Five years ago, Lynda opened a yoga studio in an inner city neighborhood in a big East Coast city. Shortly after she opened, two teenaged girls showed up for practice. They brought friends. Within a few months, her afternoon classes were packed with young women from the local high school. One day, as Lynda guided roomful of teens into the Warrior sequence, she was inspired to tell them the story of Goddess Durga. The girls were entranced. One of them asked Lynda for a picture of the goddess to take home. "I want to make a tee-shirt," she said. "That lady is my hero."
"When she said that," Lynda told me, "I realized that it was true for me too. The image of Durga had been showing up in my dreams ever since I opened the studio. She's the image I carry with me when I have to tackle my landlord, or talk down a girl who's acting drunk or crazy. To me, she's the icon of strength."
Lynda is not the only woman I know who identifies with Durga. The image of this goddess, beautifully sinuous, mounted on a lion, her eight arms holding weapons and flowers, might be the avatar for empowerment and protection. Women who juggle families, jobs, and yoga, who step up to support the environment or travel to storm-torn cities to help build housing for displaced families, look a lot like contemporary Durgas. For men as well as women, meditation on Durga can bring forth both warrior strength and protective compassion. When you bring her image into your inner world, she can empower your most radical aspirations and guide you through your most conflict-ridden life dramas. More than that, Durga embodies the inner power to transform yourself—to let go of addictions, obstacles, and the illusions and fears that hold you back.
When I set out to write my book about the yoga goddesses, Awakening Shakti, the main question that came up for me was this: Why goddesses? How are these mythic beings, who come from another time and another culture, helpful to a contemporary yogi? There are a couple of answers to that question. First, these goddesses are true psychological archetypes. They personify subtle but powerful energies that we need to make conscious in our psyches as well as in culture. For centuries, the Indian and Tibetan tantric traditions have taught meditation on deities for bringing higher energies into the body and mind. Goddesses personify Shakti, the power that enlivens this world. (In Indian cosmology, the divine source of all—God—is described as having two interconnected aspects, which are described as Being and Becoming, Awareness and Power, or Shiva and Shakti. The Awareness aspect is called Shiva, the cosmic masculine. The power aspect is known as Shakti, the supreme feminine. All creativity and power, then, emerges out of the feminine aspect of the supreme reality.)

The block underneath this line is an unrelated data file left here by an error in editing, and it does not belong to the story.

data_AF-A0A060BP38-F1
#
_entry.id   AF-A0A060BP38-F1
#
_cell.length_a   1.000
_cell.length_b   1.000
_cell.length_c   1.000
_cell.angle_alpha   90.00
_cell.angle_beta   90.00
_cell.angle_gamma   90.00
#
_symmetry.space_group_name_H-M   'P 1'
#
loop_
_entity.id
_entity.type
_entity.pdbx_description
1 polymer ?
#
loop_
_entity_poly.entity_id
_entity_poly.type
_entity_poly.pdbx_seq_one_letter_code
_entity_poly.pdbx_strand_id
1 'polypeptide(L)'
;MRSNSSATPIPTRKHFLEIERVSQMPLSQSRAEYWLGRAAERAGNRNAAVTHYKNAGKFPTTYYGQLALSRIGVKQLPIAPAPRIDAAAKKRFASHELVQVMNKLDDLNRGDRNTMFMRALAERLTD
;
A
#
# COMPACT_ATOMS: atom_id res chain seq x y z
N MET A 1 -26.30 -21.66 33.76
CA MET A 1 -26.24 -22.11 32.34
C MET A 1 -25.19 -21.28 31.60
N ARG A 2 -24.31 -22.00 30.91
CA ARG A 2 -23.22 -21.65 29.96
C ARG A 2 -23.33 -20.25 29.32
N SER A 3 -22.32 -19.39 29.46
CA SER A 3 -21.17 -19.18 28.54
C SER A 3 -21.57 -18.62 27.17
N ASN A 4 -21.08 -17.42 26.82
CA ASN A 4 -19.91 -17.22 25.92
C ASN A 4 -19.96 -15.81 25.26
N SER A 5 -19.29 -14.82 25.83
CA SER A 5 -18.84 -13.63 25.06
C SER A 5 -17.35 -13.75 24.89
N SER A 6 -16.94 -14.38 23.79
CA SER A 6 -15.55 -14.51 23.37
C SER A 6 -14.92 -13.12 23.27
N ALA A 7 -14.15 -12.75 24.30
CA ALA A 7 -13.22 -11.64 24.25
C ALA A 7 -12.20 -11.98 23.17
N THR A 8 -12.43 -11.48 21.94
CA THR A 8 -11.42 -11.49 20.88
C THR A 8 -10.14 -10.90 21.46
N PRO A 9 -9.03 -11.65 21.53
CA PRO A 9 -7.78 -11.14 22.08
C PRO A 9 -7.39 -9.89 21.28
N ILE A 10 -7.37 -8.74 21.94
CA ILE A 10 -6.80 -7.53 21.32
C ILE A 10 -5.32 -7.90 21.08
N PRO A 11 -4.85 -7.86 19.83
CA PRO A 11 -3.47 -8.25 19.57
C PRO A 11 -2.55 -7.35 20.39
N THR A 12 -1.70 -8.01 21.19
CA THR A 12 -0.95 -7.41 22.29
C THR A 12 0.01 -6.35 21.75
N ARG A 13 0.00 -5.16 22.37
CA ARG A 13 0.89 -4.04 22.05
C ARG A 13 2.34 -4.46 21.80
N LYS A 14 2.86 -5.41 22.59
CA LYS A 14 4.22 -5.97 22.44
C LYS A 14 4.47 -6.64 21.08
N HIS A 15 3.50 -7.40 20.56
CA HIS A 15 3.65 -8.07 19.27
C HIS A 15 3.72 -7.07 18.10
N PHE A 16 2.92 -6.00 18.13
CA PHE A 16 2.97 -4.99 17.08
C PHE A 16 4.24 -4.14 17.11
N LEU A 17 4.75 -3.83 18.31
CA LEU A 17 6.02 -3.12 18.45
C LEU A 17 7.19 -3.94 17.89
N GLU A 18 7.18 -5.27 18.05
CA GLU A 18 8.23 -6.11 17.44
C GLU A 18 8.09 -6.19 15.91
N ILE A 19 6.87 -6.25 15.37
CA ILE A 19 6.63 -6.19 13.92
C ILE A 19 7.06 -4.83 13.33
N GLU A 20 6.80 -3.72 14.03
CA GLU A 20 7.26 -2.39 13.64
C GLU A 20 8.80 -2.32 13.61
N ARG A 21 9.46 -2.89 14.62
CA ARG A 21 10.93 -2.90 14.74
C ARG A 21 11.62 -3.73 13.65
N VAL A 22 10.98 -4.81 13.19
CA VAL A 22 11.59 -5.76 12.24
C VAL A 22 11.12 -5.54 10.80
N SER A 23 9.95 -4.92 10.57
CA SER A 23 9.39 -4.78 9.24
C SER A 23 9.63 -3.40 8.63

Practicing with the stories and mantras of one of these mysterious and powerful figures is a way to invite transpersonal energies into your life. Though this may seem counter-intuitive to a modern mind, goddesses are real. They exist in subtle forms, invisible to us, but actually present when we know how to invoke them. We can learn to sense their presence, and as we do, they bring us very palpable inner gifts and blessings.
In Indian culture, and increasingly in the world of yoga, Durga is the Shakti you call on for strength, protection, and transformation. As a warrior goddess, Durga carries a spear, a mace, a discus, a bow, and a sword—as well as a conch (representing creative sound), a lotus (symbolizing fertility), and a rosary (symbolizing prayer). In one version of her origin, she arises from the combined strength of the male gods, to fight a demon king called Mahishasura.
Ever since, Durga has been the deity to call on when you're in deep trouble, facing obstacles, or fighting your inner demons. She is also the power behind spiritual awakening, the inner force that unleashes spiritual power within the human body in the form of kundalini. She is literally the power of evolutionary transformation.
Aurobindo Ghose, one of the great 20th-century spiritual visionaries, believed that the Shakti, the sacred feminine power that Durga personifies, is the real force behind the evolution of human consciousness. He wrote that she is always trying to evolve our awareness, to help us create a world in which we live in balance with each other and the earth, and with our own sacred masculine and feminine natures. But he believed that to access her transformative power, we have to call it, ask for it, and pray for it. It's as if the protective, transformative power of the divine waits, just out of reach, unable to intervene until we summon the courage or the desperation to throw ourselves at her feet, literally or metaphorically, and ask for her help.